Although I love my work there has always been a constant nagging voice in my head. It is a voice which says, “fifty years of CBT and the world is getting worse.”

Unfortunately, it is a voice which feels as if it is getting stronger.

Whatever I do on my own or in collaboration with others it sometimes feels as if I am just responding with the sticking plaster of CBT to issues which are deeply embedded in society.

Mental health is public health

Mental health is public health and we need to tackle it at a much earlier stage than we do now.

Initiatives such as World Mental Health day are rightfully celebrated within Mental Health Today. However such initiatives still feel as if they are exceptions rather than the rule. The new ”rule” I think we need to adopt is to start mental health education early preferably at school.

Lessons in empathy

Therapist, Michael O'Sullivan, considers whether it is possible to teach empathy and what the consequences might be ... 

There was an article in the Spanish newspaper El País which spoke about the possible benefits that might be seen through teaching lessons in empathy to school children.

The article proposed a curriculum based on working with marginalised groups from the homeless to victims of domestic violence and refugees.

The article believed that such lessons would help young people to make connections with people who may be seen as outsiders. As they began to make these connections they would begin to see that person as another human being and would become more empathic.

The benefits of empathy for society

'Lessons in empathy would offer children the possibility of developing more meaningful relationships'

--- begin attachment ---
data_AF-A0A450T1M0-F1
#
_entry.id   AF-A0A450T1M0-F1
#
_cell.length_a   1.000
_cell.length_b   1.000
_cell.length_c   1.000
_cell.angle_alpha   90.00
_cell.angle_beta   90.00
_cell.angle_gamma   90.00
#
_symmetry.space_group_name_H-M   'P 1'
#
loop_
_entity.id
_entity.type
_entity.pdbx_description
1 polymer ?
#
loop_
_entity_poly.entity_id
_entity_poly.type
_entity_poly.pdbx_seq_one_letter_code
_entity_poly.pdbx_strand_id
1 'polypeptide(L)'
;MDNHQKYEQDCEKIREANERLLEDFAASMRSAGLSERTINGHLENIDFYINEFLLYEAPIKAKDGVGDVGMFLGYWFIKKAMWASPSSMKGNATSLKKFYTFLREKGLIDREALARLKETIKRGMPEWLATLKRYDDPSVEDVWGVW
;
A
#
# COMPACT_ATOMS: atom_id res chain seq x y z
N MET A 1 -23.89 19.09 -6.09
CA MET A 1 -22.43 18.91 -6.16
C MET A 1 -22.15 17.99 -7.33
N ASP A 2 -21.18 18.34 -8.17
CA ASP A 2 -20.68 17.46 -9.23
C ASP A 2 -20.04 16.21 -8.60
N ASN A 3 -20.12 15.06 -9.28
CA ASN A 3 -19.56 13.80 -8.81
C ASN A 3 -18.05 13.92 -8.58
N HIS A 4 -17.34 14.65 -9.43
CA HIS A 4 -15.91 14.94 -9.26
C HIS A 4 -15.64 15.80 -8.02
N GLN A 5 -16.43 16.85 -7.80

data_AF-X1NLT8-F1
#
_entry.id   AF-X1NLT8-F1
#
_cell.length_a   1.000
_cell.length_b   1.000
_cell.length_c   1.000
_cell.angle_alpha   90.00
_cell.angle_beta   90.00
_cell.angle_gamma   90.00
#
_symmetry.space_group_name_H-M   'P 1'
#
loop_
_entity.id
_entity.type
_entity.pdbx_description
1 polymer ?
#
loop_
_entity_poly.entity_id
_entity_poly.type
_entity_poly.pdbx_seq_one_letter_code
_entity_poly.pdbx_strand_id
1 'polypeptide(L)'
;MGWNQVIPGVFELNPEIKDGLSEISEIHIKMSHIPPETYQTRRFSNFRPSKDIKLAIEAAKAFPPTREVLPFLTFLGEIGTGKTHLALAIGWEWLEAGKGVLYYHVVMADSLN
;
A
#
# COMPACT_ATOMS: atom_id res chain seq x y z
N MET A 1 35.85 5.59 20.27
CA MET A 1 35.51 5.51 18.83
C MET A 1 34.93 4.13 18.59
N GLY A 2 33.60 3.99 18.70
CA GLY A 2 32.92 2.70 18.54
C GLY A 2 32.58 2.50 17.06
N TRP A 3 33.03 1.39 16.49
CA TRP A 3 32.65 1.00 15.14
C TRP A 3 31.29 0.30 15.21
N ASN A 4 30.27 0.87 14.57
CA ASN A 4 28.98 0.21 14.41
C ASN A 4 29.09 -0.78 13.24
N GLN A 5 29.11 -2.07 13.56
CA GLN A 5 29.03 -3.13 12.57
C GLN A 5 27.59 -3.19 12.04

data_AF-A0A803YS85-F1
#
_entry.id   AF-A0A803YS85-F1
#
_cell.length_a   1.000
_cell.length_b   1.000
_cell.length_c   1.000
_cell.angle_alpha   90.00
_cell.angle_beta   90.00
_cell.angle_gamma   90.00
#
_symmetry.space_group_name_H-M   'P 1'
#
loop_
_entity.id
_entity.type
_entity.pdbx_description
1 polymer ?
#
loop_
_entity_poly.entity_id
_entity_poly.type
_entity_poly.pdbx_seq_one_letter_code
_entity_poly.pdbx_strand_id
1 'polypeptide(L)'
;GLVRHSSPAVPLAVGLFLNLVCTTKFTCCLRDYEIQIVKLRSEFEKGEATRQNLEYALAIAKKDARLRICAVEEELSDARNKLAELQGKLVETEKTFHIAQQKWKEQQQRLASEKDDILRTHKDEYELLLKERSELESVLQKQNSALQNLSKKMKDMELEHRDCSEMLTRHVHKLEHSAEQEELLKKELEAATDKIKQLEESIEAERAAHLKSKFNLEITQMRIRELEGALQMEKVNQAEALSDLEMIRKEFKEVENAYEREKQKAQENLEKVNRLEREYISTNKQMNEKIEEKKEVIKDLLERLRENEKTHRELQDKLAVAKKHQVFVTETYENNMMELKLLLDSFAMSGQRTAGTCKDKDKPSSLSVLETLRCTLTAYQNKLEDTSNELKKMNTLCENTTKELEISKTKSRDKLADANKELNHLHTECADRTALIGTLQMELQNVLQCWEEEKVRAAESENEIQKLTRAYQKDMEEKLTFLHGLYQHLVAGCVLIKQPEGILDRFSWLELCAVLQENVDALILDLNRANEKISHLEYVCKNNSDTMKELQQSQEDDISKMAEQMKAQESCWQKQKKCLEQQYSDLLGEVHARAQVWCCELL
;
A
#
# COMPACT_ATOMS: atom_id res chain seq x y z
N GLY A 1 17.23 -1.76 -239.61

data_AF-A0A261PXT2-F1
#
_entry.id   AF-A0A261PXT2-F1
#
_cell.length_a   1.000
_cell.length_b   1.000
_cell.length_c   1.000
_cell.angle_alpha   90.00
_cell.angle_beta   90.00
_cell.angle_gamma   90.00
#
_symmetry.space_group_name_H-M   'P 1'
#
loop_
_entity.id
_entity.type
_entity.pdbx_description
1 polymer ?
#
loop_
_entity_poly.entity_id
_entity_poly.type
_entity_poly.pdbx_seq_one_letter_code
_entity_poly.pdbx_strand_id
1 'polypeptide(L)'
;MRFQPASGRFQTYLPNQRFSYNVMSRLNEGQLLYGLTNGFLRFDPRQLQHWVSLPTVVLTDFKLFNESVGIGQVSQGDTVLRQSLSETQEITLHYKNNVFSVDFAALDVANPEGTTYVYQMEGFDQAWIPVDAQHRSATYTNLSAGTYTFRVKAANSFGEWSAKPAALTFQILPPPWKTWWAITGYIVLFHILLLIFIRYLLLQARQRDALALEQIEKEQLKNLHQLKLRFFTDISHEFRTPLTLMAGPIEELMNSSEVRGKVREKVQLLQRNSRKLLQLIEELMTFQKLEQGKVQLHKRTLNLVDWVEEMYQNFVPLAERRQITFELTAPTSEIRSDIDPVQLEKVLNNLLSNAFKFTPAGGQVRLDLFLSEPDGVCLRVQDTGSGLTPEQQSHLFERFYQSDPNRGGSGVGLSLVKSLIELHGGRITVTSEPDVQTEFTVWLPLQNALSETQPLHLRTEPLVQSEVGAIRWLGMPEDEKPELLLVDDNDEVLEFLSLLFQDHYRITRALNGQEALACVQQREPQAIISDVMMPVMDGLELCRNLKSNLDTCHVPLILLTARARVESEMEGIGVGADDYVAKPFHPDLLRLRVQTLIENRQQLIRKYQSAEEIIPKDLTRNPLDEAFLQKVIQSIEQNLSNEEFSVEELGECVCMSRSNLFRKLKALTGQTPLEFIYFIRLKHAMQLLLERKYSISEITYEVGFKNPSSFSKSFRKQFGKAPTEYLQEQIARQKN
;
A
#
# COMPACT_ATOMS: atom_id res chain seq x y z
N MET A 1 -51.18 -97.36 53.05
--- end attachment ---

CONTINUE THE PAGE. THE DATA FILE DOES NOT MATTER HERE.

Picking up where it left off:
Lessons in empathy would offer children the possibility of developing more meaningful relationships which would then have a ripple effect throughout society.  

The benefits of this could be profound.

When we think of people who have been excluded from so called ‘mainstream’ society, we often speak in terms of “us and them”.

The reality is that there is only “us and us”.  The case for more empathy feels strong.

Why empathising with others is so difficult

Compassion Focussed Therapy looks at how our “threat” system robs us of the ability to empathise with others.

It is far easier to stereotype and demonise others.  The case for empathy lessons feels strong but is it something which is teachable?

I think it is.  Good communication must include empathic communication.

In the 1980s following qualification as a nurse, I did a counselling course.  It was very basic. There was little by way of theory and was purely skills based.

However, those skills- reflecting, paraphrasing and summarising were pinpointed in the course team as evidence of demonstrating empathy.

Mental health is everyone’s business

Mental health problems are complex.

However, they are problems we all need to own. They are truly “everyone’s business”.

We are always striving to find that one “domino” to push to make all of the other dominos fall down.

Could lessons in empathy be that “domino”? Empathy is challenging. We can strive to be more empathic but it is not a goal. 

There will never be a 100% score in any empathy exam.

Nevertheless, if empathy could be taught at schools we may begin to tackle some of those deeply rooted problems and the nagging voice in my head may become quieter.

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